Slippery elm contraindications

Written by jessica kolifrath
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Slippery elm contraindications
The leaves of the slippery elm look similar to the leaves of other elm trees. (leaf of an elm 3 image by Alexander Oshvintsev from Fotolia.com)

Slippery elm, also known as Ulmus fulva, has been used medicinally in Native American cultures for centuries. The inner and outer barks have a variety of helpful effects, including increasing mucus in the gastrointestinal tract to help heal ulcers and other stomach problems. Like most herbal supplements, slippery elm has contraindications that should be taken seriously. Consult your doctor before using this supplement.

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Allergic Reactions

People with known allergies to elm tree pollen or severe allergies to other tree pollens should avoid taking slippery elm supplements. The experts from The Longwood Herbal Task Force in Massachusetts say that some allergic reactions have been reported, as with any herbal substance. The slippery elm bark used in supplements can also come in contact with other allergens. If you have taken a slippery elm supplement and suffered an allergic reaction, the supplement may be tainted with a pesticide or heavy metals.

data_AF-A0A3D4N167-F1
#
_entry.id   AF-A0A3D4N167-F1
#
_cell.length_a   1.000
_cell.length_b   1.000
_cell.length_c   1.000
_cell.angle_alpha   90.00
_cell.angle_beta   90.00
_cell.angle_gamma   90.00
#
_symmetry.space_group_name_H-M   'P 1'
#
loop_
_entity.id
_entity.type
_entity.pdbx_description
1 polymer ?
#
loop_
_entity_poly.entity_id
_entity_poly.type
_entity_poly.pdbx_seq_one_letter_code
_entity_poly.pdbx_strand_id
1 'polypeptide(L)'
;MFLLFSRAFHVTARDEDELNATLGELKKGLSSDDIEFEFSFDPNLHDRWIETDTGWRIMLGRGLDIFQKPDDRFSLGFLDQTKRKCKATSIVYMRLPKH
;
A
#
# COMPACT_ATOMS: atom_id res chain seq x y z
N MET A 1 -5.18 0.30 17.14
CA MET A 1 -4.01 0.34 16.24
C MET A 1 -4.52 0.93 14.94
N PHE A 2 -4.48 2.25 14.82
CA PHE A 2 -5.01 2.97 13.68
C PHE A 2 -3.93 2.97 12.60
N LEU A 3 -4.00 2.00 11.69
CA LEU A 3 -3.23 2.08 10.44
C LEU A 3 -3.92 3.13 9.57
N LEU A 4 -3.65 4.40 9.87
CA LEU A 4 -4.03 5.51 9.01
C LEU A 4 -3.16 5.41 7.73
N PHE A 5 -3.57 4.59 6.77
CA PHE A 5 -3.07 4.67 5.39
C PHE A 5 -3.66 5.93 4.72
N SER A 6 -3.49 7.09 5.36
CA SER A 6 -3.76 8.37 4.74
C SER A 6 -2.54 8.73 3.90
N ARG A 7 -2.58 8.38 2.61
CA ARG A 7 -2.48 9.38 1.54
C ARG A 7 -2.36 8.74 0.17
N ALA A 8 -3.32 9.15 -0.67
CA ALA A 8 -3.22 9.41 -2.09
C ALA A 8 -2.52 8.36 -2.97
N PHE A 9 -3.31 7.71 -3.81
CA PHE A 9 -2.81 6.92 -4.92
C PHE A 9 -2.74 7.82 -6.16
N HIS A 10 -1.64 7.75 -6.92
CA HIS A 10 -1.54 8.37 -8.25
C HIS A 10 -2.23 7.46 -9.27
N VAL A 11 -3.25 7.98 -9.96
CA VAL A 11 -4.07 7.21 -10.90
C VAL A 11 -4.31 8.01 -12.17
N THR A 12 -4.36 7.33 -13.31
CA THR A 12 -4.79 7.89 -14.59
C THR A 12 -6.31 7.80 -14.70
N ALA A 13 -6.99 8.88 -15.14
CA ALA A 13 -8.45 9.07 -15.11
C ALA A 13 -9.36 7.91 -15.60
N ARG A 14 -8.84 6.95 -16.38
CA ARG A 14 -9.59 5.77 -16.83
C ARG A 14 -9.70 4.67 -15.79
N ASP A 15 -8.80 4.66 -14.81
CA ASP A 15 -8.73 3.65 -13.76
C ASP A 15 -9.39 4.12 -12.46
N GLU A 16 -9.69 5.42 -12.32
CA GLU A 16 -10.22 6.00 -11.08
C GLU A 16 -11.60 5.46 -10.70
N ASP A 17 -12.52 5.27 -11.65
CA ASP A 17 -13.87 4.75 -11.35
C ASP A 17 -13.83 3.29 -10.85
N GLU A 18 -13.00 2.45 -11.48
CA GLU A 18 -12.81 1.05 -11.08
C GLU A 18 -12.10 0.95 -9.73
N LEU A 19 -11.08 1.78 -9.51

Pregnancy and Nursing

The American Pregnancy Association recommends the use of slippery elm inner bark supplements during pregnancy. Small amounts can be used to treat nausea and heartburn, and will relieve minor vaginal irritation. However, the outer bark of the slippery elm is known to cause uterine contractions that could lead to a miscarriage, according to LiveStrong.com. It's crucial that pregnant women who plan to take slippery elm supplements find a reliable source that guarantees that no outer bark is contained in their products.

Bowel Blockage

The parts of the slippery elm most commonly used are the inner and outer bark. Tree bark contains a high amount of fibre. As with any high-fibre supplement, taking slippery elm bark can worsen an impacted bowel says the Flora Health website. If you suffer from a bowel blockage avoid taking slippery elm. The high fibre content can also irritate your intestinal walls if you exceed the recommended dose and fail to drink the required amount of liquid to move the fibre through your body.

Slows Absorption

Slippery elm may slow absorption of medicines or other herbs, say the experts at the University of Maryland Medical Center. Slippery elm stimulates the production of mucus in the stomach and intestines where most oral medicines dissolve and are absorbed. A thick layer of mucus could prevent these medications from being absorbed completely. Waiting at least two hours between taking slippery elm supplements and oral medications should prevent this from occurring.

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